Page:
Barcelona better get Real Madrid's footsteps out of its head, or they'll only grow louder

<a class="link rapid-noclick-resp" href="/soccer/players/372884/" data-ylk="slk:Lionel Messi">Lionel Messi</a> scored again, but <a class="link rapid-noclick-resp" href="/soccer/teams/barcelona/" data-ylk="slk:Barcelona">Barcelona</a> hasn’t looked great with <a class="link rapid-noclick-resp" href="/soccer/teams/real-madrid/" data-ylk="slk:Real Madrid">Real Madrid</a> breathing down its neck. (AP)
Lionel Messi scored again, but Barcelona hasn’t looked great with Real Madrid breathing down its neck. (AP)

It’s seemed ordained for awhile, hasn’t it? That Barcelona would cross the finish line in May with an astonishing eighth La Liga title in 11 seasons, with Atletico Madrid’s challenge disintegrating along the way?

Make no mistake, the Catalans are still the team to beat in Spain.

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Make no mistake about this, either: Their eternal rival Real Madrid is breathing fire in pursuit.

Maybe Barcelona hears footsteps. Maybe that’s why the club’s first win of any kind this month wasn’t overly convincing, a 1-0 squeak job against Valladolid, which sits just three points above the relegation zone.

The difference, as has been the case so often in recent weeks, was Lionel Messi. His 43rd-minute penalty gave Barcelona the only goal it would need, but his penalty miss toward the end of the match emblematized Barca’s issues putting the game to bed.

After the game, defender Gerard Pique lamented his side’s current mind state.

“We weren’t the Barcelona that we want to be,” said Pique, who drew the penalty that led to Messi’s goal. “The only good news is the win, getting back to winning ways, but we have to improve. The sensations aren’t good, and we must be better on Tuesday. If not, things won’t go well.”

Tuesday marks Barcelona’s resumption of Champions League play against Lyon. While Barca was spared the marquee opponent other European giants weren’t in the Round of 16, the fixture kicks off a brutal stretch of four tough games in 12 days, including away to Sevilla in La Liga next Saturday and a pair of El Clasicos at Real Madrid’s Santiago Bernabeu, first in the Copa del Rey semifinals on Feb. 27 and then in the league on March 2.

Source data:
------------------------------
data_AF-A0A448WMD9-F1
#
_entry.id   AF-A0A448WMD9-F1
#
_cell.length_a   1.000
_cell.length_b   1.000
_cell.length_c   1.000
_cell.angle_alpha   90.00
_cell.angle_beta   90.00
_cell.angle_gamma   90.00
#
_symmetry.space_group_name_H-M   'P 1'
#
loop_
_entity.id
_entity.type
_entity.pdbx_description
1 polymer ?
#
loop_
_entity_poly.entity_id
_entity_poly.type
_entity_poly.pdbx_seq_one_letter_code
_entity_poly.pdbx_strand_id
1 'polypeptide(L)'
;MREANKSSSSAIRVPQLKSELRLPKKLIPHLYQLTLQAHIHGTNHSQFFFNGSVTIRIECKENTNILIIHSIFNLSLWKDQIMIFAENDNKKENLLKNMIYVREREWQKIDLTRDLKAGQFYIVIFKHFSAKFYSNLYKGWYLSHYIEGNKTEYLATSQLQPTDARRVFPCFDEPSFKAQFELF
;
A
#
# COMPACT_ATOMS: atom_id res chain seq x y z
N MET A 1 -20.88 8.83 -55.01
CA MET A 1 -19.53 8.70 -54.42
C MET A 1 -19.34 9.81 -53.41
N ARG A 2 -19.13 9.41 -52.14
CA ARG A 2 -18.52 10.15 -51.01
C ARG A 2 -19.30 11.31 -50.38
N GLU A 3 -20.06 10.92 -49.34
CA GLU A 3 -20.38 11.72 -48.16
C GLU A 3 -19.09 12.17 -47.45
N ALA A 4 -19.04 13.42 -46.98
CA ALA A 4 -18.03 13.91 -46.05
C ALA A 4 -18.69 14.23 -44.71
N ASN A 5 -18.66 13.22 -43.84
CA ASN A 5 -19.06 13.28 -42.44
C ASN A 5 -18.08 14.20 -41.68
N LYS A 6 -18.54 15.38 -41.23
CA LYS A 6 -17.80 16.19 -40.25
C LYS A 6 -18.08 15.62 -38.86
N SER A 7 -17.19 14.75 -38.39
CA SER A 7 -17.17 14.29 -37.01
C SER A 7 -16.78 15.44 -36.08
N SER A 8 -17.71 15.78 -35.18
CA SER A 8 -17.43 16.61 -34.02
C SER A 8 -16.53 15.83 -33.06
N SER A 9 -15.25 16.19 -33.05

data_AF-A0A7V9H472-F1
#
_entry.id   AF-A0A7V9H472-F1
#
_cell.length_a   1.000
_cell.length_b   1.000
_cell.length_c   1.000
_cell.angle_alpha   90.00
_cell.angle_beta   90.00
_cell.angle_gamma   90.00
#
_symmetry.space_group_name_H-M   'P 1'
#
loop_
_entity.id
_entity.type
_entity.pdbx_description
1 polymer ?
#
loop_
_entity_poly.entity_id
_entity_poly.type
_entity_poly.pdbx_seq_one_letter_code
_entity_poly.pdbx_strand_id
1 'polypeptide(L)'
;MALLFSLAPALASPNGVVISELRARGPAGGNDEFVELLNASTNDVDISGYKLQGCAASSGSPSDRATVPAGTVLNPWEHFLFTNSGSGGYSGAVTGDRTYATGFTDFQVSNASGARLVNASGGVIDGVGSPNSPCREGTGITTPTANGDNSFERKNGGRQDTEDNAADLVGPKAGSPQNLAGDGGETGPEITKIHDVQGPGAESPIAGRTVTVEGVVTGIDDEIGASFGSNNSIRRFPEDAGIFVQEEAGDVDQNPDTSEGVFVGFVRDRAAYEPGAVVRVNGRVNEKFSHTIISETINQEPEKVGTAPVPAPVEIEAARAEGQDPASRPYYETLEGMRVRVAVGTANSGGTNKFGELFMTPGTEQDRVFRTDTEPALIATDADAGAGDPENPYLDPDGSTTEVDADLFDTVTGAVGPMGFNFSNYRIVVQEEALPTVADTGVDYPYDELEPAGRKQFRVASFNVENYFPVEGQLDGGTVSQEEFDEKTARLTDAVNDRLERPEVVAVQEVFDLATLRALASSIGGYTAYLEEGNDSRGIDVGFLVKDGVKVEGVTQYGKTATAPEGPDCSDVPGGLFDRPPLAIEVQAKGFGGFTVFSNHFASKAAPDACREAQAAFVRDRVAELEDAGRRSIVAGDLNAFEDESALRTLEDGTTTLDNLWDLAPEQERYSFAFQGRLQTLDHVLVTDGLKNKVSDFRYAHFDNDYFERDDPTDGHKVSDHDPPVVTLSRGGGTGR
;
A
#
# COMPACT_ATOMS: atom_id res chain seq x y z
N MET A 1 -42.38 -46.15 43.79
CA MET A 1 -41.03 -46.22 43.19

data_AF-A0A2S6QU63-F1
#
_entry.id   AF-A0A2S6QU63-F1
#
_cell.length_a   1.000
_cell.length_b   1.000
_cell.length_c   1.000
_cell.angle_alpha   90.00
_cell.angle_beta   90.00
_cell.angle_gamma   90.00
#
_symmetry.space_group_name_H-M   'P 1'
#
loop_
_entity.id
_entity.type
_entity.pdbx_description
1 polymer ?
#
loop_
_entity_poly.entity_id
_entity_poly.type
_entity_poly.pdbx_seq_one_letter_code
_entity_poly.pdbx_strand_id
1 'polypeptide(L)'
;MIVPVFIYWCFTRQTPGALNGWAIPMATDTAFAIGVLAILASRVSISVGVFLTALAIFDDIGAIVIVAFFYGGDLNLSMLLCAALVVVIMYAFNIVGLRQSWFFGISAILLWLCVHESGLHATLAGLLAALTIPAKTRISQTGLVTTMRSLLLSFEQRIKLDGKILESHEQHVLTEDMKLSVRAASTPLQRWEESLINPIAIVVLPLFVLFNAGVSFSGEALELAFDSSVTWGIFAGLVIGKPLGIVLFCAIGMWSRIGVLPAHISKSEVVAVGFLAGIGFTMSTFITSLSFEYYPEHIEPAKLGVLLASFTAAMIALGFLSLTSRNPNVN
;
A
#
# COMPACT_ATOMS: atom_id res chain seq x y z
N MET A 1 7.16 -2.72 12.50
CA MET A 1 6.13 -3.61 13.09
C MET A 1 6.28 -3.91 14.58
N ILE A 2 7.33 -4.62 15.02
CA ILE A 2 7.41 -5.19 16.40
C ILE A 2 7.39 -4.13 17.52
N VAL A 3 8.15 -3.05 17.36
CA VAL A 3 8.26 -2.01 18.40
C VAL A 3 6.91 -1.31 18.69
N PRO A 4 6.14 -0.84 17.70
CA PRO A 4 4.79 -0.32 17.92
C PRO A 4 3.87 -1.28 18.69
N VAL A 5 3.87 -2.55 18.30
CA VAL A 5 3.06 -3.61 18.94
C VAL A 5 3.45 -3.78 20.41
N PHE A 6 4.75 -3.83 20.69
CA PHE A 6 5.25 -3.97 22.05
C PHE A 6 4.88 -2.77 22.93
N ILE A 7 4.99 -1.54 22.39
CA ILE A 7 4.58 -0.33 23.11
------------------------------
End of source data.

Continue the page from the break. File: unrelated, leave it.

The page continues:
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Since being pulverized 5-1 in the first El Clasico of the season last October, Real Madrid fired manager Julen Lopetegui and surged back into trophy contention under replacement Santiago Solari, who has won 19 of his 26 games in charge across all competitions. His side drew Barcelona 1-1 at the Nou Camp in the first leg of the Copa del Rey semis, and while Messi came off the bench that night because he was banged up, it clearly signaled Real Madrid intends to put up a major fight.

So Barcelona will need better form than it’s showed recently. A pair of draws in the league this month sandwiched the stalemate against Real Madrid, and even though manager Ernesto Valverde just received a short contract extension, he must figure out the recipe for righting the ship. And quickly.

Real Madrid is nine points back after losing Sunday, but has already gone from ninth to third in three and a half months. So it’s conceivable the Madridistas could catch Barcelona in the table, especially with a Clasico win.

The Catalans would hear alarms blaring if Real Madrid ran them down. For now, they only hear footsteps.

Joey Gulino is the editor of Yahoo Soccer and moonlights as a writer. Follow him on Twitter at @JGulinoYahoo.

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